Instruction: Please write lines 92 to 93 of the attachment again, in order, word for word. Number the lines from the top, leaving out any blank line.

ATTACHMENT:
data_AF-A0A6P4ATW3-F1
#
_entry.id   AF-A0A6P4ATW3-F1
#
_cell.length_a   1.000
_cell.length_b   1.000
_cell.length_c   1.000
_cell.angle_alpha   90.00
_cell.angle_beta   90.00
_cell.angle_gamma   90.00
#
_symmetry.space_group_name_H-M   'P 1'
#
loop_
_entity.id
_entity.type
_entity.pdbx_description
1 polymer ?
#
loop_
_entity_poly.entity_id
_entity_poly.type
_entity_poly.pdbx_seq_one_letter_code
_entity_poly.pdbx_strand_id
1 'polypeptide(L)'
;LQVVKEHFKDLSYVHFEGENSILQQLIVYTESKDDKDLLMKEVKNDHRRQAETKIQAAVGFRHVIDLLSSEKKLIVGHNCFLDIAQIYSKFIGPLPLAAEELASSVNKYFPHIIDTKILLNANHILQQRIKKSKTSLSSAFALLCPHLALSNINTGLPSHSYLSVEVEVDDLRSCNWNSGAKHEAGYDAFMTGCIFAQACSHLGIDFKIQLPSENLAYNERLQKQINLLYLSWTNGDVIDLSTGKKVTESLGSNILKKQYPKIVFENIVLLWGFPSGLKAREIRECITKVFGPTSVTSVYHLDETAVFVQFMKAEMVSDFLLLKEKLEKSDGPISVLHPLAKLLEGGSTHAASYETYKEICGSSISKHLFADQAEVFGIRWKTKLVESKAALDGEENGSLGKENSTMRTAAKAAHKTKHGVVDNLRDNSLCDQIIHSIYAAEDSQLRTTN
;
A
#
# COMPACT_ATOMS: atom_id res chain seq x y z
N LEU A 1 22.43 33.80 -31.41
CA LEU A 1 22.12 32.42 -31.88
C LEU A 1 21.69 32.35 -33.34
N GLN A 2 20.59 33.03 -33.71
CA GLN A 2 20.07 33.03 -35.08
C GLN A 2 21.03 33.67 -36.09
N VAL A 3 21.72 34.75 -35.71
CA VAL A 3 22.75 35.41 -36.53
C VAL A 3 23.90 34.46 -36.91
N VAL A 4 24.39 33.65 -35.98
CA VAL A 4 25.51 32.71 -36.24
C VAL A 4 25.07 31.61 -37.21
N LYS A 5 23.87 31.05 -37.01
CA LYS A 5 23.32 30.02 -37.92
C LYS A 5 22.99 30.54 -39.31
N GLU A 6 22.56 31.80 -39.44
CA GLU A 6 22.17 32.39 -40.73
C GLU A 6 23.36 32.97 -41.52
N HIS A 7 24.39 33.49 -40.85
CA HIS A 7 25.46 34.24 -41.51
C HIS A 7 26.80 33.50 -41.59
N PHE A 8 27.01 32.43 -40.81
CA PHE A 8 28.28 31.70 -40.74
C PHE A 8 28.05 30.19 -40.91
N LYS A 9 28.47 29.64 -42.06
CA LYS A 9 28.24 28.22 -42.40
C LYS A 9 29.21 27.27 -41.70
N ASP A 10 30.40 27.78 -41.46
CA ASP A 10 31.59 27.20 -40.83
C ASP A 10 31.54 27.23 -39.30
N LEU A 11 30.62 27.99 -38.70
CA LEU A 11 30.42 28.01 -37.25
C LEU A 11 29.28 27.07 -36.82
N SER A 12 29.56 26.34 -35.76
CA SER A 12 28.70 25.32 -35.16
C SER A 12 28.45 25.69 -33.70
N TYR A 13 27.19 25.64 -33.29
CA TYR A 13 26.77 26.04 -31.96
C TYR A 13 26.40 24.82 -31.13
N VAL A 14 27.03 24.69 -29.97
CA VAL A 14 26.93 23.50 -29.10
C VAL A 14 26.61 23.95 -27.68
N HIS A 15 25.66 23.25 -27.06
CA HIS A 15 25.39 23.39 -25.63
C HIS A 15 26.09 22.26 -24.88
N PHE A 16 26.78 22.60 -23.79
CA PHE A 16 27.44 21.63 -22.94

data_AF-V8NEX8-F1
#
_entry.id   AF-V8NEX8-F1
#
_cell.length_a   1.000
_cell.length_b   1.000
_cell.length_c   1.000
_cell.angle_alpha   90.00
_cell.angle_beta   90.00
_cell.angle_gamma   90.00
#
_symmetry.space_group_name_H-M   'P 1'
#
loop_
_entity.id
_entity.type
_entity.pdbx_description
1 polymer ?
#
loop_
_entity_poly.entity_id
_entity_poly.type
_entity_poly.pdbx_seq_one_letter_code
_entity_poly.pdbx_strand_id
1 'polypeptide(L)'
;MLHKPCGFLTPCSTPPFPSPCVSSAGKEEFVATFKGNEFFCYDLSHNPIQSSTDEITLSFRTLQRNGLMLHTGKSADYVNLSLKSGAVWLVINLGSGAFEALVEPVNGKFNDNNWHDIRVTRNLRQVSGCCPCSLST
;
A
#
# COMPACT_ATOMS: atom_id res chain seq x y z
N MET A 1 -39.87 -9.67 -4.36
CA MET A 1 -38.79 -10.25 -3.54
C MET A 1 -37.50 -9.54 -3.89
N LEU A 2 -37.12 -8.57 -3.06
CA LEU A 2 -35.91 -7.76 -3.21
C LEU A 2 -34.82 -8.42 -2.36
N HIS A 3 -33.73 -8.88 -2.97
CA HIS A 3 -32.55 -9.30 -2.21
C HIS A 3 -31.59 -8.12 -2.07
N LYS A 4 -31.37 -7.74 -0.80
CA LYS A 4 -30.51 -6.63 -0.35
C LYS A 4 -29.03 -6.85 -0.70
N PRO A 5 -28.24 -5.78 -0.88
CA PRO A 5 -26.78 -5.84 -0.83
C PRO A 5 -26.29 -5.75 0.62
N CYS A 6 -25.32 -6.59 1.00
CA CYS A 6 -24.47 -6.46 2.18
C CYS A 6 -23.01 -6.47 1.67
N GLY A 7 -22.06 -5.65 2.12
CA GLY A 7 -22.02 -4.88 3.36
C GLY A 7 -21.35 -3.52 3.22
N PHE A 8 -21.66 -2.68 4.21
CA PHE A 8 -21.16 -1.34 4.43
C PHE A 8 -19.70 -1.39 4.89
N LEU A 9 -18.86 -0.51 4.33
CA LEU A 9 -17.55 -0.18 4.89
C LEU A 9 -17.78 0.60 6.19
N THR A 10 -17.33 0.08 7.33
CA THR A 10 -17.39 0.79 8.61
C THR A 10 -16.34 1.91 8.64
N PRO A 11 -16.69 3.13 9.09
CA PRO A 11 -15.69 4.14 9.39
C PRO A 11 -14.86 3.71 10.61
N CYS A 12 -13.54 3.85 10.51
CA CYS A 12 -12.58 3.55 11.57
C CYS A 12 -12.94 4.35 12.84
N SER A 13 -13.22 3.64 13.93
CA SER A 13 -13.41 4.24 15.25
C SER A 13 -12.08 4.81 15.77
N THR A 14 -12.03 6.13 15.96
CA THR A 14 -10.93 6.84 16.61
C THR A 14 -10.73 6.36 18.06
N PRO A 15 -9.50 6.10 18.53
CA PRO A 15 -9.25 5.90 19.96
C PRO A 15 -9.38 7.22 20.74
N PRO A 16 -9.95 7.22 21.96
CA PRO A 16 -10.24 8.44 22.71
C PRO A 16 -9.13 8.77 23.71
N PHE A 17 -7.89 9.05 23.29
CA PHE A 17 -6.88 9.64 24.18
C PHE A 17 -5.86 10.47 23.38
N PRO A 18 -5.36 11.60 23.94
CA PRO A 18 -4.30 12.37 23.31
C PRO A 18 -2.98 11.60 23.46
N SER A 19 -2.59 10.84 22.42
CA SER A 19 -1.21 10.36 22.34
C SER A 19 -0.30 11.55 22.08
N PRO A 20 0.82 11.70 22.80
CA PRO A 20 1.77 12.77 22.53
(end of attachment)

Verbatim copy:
_entity.id
_entity.type